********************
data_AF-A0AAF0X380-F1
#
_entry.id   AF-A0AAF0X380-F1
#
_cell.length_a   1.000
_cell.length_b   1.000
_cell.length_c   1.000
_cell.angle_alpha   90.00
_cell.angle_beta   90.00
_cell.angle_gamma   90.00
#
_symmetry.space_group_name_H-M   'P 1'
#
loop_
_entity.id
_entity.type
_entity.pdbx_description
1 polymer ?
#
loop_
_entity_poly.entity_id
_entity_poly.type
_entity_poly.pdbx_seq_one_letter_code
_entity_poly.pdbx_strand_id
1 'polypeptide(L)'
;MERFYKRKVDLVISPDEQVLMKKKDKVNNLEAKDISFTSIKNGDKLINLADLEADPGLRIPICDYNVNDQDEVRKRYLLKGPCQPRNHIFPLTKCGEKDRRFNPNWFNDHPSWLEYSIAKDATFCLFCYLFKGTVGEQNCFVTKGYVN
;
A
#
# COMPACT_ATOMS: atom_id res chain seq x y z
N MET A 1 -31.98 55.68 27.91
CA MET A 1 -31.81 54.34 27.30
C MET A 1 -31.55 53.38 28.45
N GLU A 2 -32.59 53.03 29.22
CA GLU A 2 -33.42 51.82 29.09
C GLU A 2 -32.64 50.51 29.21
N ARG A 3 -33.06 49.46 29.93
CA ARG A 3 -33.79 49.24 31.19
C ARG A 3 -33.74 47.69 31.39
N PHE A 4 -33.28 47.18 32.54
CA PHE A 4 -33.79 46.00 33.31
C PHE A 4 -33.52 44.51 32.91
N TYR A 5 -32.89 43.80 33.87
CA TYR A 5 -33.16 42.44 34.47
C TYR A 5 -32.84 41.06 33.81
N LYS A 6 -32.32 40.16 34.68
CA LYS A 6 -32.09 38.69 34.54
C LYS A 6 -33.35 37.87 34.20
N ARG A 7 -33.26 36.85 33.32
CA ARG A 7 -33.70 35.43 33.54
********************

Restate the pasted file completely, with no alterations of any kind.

data_AF-A0AAF0X380-F1
#
_entry.id   AF-A0AAF0X380-F1
#
_cell.length_a   1.000
_cell.length_b   1.000
_cell.length_c   1.000
_cell.angle_alpha   90.00
_cell.angle_beta   90.00
_cell.angle_gamma   90.00
#
_symmetry.space_group_name_H-M   'P 1'
#
loop_
_entity.id
_entity.type
_entity.pdbx_description
1 polymer ?
#
loop_
_entity_poly.entity_id
_entity_poly.type
_entity_poly.pdbx_seq_one_letter_code
_entity_poly.pdbx_strand_id
1 'polypeptide(L)'
;MERFYKRKVDLVISPDEQVLMKKKDKVNNLEAKDISFTSIKNGDKLINLADLEADPGLRIPICDYNVNDQDEVRKRYLLKGPCQPRNHIFPLTKCGEKDRRFNPNWFNDHPSWLEYSIAKDATFCLFCYLFKGTVGEQNCFVTKGYVN
;
A
#
# COMPACT_ATOMS: atom_id res chain seq x y z
N MET A 1 -31.98 55.68 27.91
CA MET A 1 -31.81 54.34 27.30
C MET A 1 -31.55 53.38 28.45
N GLU A 2 -32.59 53.03 29.22
CA GLU A 2 -33.42 51.82 29.09
C GLU A 2 -32.64 50.51 29.21
N ARG A 3 -33.06 49.46 29.93
CA ARG A 3 -33.79 49.24 31.19
C ARG A 3 -33.74 47.69 31.39
N PHE A 4 -33.28 47.18 32.54
CA PHE A 4 -33.79 46.00 33.31
C PHE A 4 -33.52 44.51 32.91
N TYR A 5 -32.89 43.80 33.87
CA TYR A 5 -33.16 42.44 34.47
C TYR A 5 -32.84 41.06 33.81
N LYS A 6 -32.32 40.16 34.68
CA LYS A 6 -32.09 38.69 34.54
C LYS A 6 -33.35 37.87 34.20
N ARG A 7 -33.26 36.85 33.32
CA ARG A 7 -33.70 35.43 33.54